Syria: between attacks and agreements
Ten days after Trump's decision to remove troops from the border of Turkey and Syria, his government and Erdogan's have reached a temporary agreement .
View of the city in Syria. / Photo: EFE
LatinAmerican Post | Juliana Suárez
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Leer en español: Siria: entre ataques y acuerdos
The attacks by Turkey did not wait once the US president withdrew his troops. These actions meant that in just three days, more than 100,000 Syrians had to move from their homes in search of shelter.
Since the departure of US troops, the attacks by Turkey did not stop and in a few days, the death toll reached 300 civilians, according to El Tiempo.
What is going on in Syria?
Syria has been a battlefield in recent years where the main victims have been the civilian population. A conflict that takes more than 8 years and a half and has unleashed in a wave of internal and external forced displacement. According to UNICEF data, there are 6.2 million displaced families throughout Syrian territory and another 5.6 are refugees in other countries, one of them is Turkey.
The conflict also has different actors that stand in the way. On the one hand, there is the Syrian government, under the command of Bashir al-Ásad, whose actions, considered as dictatorial, began a civil war. From this, citizen armies emerged that sought to overthrow the al-Ásad government but ended up unleashing a wave of violence that the government has called jihadist terrorism, with the Islamic State (ISIS).
On the other hand are the Kurds, a people who have been fighting for decades ago - since the end of World War I - to get a State. Meanwhile, they live mainly in Iraq, Iran, Turkey, and Syria. Most of them are in Turkey and Erdogan have listed them as a terrorist group. In each of the countries where they are located, the Kurds have led their own struggles against governments, becoming enemies of the majority, such as Turkey.
However, in Syria, the Kurds have led a fight not only against the government but against the Islamic State. This led them to be the main US allies in the fight against jihadist terrorism. Currently, under US protection, the Kurds have the main jihadist leaders imprisoned in Syria.
Therefore, Turkey's attacks on the Kurds with the intention of clearing the border area where they currently are, present to the eyes of the international community the possibility of the jihadist's resurgence.
For its part, the international community has repeatedly raised its voice to demand the resignation of Bashir al-Ásad, led by the European Union, the United States and neighboring Turkey. Meanwhile, countries like Russia defend al-Ásad's sovereignty and deny international intervention in internal affairs. In addition, they are the main suppliers of the war armament of the Arab country.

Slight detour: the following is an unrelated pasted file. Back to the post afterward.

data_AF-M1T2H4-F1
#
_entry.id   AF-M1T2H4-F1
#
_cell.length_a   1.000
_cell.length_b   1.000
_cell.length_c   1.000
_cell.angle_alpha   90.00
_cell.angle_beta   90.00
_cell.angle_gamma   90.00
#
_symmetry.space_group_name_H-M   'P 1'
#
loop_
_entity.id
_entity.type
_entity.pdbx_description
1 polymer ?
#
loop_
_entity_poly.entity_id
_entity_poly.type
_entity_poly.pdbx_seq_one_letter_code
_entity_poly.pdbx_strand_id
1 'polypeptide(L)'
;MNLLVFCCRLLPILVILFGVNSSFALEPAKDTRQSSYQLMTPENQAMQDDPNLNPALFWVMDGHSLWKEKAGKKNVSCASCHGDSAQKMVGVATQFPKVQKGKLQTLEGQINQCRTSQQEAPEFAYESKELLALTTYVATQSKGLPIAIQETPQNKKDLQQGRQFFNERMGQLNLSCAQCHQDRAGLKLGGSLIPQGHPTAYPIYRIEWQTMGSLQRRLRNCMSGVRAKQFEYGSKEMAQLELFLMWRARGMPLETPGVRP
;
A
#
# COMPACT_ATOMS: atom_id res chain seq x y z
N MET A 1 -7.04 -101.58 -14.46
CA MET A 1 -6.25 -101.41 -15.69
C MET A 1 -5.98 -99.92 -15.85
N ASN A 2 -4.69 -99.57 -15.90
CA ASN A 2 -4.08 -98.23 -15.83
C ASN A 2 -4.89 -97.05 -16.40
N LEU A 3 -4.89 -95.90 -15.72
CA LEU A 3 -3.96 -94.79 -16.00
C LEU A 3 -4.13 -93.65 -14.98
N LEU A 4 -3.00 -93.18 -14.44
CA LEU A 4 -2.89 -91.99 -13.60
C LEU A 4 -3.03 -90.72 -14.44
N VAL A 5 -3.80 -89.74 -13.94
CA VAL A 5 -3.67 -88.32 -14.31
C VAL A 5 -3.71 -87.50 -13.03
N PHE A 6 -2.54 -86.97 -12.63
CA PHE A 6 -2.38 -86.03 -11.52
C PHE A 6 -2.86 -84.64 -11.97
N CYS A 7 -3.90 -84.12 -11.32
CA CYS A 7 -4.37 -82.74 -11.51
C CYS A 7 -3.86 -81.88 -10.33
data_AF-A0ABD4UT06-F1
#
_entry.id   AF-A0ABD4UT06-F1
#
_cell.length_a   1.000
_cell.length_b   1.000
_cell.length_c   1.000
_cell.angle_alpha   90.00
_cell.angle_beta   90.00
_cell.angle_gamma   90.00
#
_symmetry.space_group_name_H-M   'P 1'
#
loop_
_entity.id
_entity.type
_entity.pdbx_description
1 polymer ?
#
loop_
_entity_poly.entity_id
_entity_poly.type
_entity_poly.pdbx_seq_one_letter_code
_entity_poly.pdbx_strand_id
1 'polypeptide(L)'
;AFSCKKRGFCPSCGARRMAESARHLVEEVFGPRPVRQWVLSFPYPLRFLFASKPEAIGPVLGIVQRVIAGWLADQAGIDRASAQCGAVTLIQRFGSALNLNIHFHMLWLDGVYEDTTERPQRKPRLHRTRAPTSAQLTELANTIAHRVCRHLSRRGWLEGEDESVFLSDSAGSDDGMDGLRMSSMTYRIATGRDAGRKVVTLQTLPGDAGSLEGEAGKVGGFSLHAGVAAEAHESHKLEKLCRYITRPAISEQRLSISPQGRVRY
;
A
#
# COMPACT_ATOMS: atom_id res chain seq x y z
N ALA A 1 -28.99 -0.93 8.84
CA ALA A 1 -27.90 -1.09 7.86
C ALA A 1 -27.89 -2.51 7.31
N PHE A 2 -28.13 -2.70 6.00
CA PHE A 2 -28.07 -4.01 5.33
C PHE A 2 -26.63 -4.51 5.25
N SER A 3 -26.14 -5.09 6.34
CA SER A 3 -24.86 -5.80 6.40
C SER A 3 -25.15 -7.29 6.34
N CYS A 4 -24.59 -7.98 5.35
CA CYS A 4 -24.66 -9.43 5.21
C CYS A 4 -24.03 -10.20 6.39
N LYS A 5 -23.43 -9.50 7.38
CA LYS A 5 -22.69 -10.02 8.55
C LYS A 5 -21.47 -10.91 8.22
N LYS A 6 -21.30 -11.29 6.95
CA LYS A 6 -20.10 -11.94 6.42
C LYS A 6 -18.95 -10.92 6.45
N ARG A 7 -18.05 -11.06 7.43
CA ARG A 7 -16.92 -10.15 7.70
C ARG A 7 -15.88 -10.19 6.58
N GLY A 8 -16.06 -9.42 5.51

This has turned the main cities, such as Aleppo and Damascus, into war camps where the main victims have been civilians. After all, it is a struggle of powers and different intertwined interests that have ended up affecting citizens.
Consequences and negotiations
Although Trump said in a press conference at the beginning of the week that “if Turkey enters Syria, it is between Turkey and Syria. It is not our problem", the president has responded to the attacks with possible sanctions for the Recep Tayyip Erdogan government.
Via Twitter, Donald Trump said: "I am fully prepared to quickly destroy Turkey's economy if Turkish leaders continue on their dangerous and destructive path." In the few days that the threat lasted, he said he would put 50% tariffs on Turkish steel, punish officials and former officials and withdraw from negotiations for a possible trade agreement.
This announcement, although not effective, was enough for both governments (USA and Turkey) to sit down to discuss the next actions of the offensives. U.S. Vice President Mike Pence met with Erdogan in Ankara to discuss a possible ceasefire. The agreement consists of a temporary suspension of military offensives that will last 120 hours.
Read also: Trump warns Turkey about war in Syria
The purpose of this is that during that time the Kurdish-Arab forces, the Syrian Democratic Forces, leave the border area with Turkey. The role of the United States in this cease-fire will be to help the Kurds to carry out an organized deployment so that the decision, which until now is only temporary, becomes final.
The condition of this negotiation is that the United States withdraw the economic sanctions it threatened to put on Turkey, even though President Erdogan had stated that the sanctions "did not concern him".
The Turkish government seeks to clear the border zone altogether, which means that Kurdish forces, which Turkey considers a terrorist group, must leave. The purpose of the clearing, which seeks to create a “safety zone” of 32 kilometers, is to relocate 3.6 million Syrians who are currently taking refuge in Turkey. This intention has not been well seen in the international community, since it is considered that Turkey wants to remove refugees from its territory, which is not allowed under the gaze of International Refugee Law.
Pending what may happen, the Kurds and the Syrian government, which have not normally been allies, have done so to counteract the actions of Turkey in northern Syria. So if the Turkish offensive resumes after the temporary pact, the Syrian government would also act against Erdogan.
The 120 hours of the temporary agreement reached by the US government with the Turkish end on Tuesday, October 22.